Friday, April 27, 2007

Iraqi positions on the Democrats' "withdrawal" initiative

An Al-Hayat reporter prepared a round-up of comments by people from some of the main political groups in Iraq, on the Democrats' passage of the bill that would tie war-funding to the announcement of a schedule for withdrawal. (This assumes "withdrawal" means what it says. Critiquing that is another question entirely).

What this comes down to is that spokesmen for the Maliki administration, the Supreme Council for the Islamic Revolution in Iraq, and the main Kurdish coalition in parliament, all think the bill is a bad idea, and mostly for the same reason: Namely, that US "withdrawal" should be tied to the ability of the Iraqi forces to take over all security responsibilities, and should not be scheduled independently of that. In various ways, these groups all warn about chaos if that factor is ignored.

On the other side of the question is the Sadrist spokesman:
Nasr al-Saadi, deputy for the Sadrist block, said: "The occupation forces are the root cause of all of the security and political problems from which the country is suffering. ...The American administration controls the decisions of the Iraqi government, and consequently the latter lacks autonomy and desicion-making power. Once the occupation withdraws from the country, the government will be able to extend its control over the Iraqi scene".

[The Sadrist representative added] "Some have the impression that the American administration is incapable of shutting down the sources of terrorism and rooting it out, and what this leads to is the attrition of all the economic, material and human resources of the country. We support that [withdrawal-timetable] bill completely, and its implementation at the earliest possible time".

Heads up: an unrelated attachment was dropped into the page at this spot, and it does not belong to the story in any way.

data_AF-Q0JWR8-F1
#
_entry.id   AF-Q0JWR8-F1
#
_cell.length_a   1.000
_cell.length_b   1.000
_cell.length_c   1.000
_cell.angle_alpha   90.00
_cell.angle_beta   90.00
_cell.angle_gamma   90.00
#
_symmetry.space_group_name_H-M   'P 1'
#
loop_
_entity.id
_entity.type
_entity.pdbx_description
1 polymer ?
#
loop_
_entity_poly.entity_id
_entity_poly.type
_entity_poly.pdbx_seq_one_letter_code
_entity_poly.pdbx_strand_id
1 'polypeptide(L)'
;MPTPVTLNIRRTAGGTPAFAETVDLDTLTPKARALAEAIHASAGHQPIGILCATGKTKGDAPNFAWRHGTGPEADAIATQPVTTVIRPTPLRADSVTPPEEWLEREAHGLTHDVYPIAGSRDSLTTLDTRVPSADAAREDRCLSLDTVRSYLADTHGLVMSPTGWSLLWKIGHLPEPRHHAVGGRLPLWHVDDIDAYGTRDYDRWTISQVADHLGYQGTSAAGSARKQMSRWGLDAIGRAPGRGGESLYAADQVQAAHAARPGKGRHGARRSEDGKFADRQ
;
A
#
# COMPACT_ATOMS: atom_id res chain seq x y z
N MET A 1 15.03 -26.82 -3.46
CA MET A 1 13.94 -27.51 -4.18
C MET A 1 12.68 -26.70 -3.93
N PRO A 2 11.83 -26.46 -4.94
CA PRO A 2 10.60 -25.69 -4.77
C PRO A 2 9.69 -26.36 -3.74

And the journalist notes the Sadrists aren't the only group supporting the withdrawal idea.
The issue of American withdrawal from Iraq is a core demand of the main armed resistance groups, which have made [withdrawal] a condition to their entering into any negotiations with the American forces that would involve disarming and entering in to the political process.
So those are the two poles of the argument: Maliki-SCIRI-Kurds against withdrawal because the Iraqi forces aren't ready, with the Sadrists and the main resistance groups in favor of withdrawal which they see, from their different perspectives, as a precondition for normalization.

The remarks of a representative of the main Sunni parliamentary bloc and also Allawi's Iraqi List, are ambiguous, and talk around the question of withdrawal. Here is the Iraqi Accord Front person:
Deputy Hussein al-Faluji from the Iraqi Accord Front said "we support any measure from any party that promotes national reconciliation....What we're interested in is the stability of the country and the solution of problems, starting with security. ...This latest bill shows that the Americans have admitted that the occupation of Iraq was a big mistake. ...We will be preparing demands on the US for compensation for all who suffered damage in the occupation, [and this will involve] over three trillion dollars in damages...
The Allawi person, for his part, stressed that you have to understand this latest bill as part of a political struggle in Washington in which the paramount interest of each of the parties is to make the other look bad.

As I noted above, the assumption in this collection of reactions is that the bill really does refer to a "withdrawal" plain and simple. Once the Iraqi parties study the fine print and realize that what the Democrats are intent on defeating is the Republicans, not the Iraq-control project, the configuration among Iraqi parties could be different. For instance, if it became clear that the Americans could in effect garrison Iraq and protect their friends via mega-bases over or under the horizon, or whatever the expression is, or with special forces, or what have you, then it stands to reason that the status quo parties could well support it. But that is another question. The point about today's piece is that the opponents of even talking about withdrawal at this point are the Maliki administration backed by SCIRI and the Kurds, with the "yes to withdrawal" position represented by the Sadrists and important parts of the Sunni resistance.


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